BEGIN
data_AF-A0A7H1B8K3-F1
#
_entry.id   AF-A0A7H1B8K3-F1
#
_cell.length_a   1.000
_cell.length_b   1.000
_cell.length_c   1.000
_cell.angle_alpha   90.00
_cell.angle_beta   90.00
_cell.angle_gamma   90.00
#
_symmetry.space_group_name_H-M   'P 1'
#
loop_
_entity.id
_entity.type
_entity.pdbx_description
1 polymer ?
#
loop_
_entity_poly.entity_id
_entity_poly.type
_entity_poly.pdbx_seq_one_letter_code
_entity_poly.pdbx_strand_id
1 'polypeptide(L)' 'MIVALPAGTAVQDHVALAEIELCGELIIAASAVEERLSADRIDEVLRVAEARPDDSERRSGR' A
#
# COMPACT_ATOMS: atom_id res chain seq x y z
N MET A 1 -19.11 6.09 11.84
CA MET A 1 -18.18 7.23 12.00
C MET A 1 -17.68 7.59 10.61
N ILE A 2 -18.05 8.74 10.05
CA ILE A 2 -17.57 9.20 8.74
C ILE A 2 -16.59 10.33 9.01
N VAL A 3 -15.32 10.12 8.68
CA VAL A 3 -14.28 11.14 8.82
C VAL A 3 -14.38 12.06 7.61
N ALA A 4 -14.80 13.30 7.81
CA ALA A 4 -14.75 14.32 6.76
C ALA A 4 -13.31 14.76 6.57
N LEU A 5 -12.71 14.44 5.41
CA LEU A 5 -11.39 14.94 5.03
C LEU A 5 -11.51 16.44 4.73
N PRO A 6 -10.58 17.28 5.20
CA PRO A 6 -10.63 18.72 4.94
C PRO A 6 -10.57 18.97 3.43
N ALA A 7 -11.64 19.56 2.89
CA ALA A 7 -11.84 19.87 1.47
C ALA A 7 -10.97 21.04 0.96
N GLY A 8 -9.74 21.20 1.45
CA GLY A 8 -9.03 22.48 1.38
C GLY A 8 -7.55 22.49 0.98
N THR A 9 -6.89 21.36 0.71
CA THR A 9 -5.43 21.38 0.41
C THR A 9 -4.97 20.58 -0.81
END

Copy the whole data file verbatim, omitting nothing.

data_AF-A0A7H1B8K3-F1
#
_entry.id   AF-A0A7H1B8K3-F1
#
_cell.length_a   1.000
_cell.length_b   1.000
_cell.length_c   1.000
_cell.angle_alpha   90.00
_cell.angle_beta   90.00
_cell.angle_gamma   90.00
#
_symmetry.space_group_name_H-M   'P 1'
#
loop_
_entity.id
_entity.type
_entity.pdbx_description
1 polymer ?
#
loop_
_entity_poly.entity_id
_entity_poly.type
_entity_poly.pdbx_seq_one_letter_code
_entity_poly.pdbx_strand_id
1 'polypeptide(L)' 'MIVALPAGTAVQDHVALAEIELCGELIIAASAVEERLSADRIDEVLRVAEARPDDSERRSGR' A
#
# COMPACT_ATOMS: atom_id res chain seq x y z
N MET A 1 -19.11 6.09 11.84
CA MET A 1 -18.18 7.23 12.00
C MET A 1 -17.68 7.59 10.61
N ILE A 2 -18.05 8.74 10.05
CA ILE A 2 -17.57 9.20 8.74
C ILE A 2 -16.59 10.33 9.01
N VAL A 3 -15.32 10.12 8.68
CA VAL A 3 -14.28 11.14 8.82
C VAL A 3 -14.38 12.06 7.61
N ALA A 4 -14.80 13.30 7.81
CA ALA A 4 -14.75 14.32 6.76
C ALA A 4 -13.31 14.76 6.57
N LEU A 5 -12.71 14.44 5.41
CA LEU A 5 -11.39 14.94 5.03
C LEU A 5 -11.51 16.44 4.73
N PRO A 6 -10.58 17.28 5.20
CA PRO A 6 -10.63 18.72 4.94
C PRO A 6 -10.57 18.97 3.43
N ALA A 7 -11.64 19.56 2.89
CA ALA A 7 -11.84 19.87 1.47
C ALA A 7 -10.97 21.04 0.96
N GLY A 8 -9.74 21.20 1.45
CA GLY A 8 -9.03 22.48 1.38
C GLY A 8 -7.55 22.49 0.98
N THR A 9 -6.89 21.36 0.71
CA THR A 9 -5.43 21.38 0.41
C THR A 9 -4.97 20.58 -0.81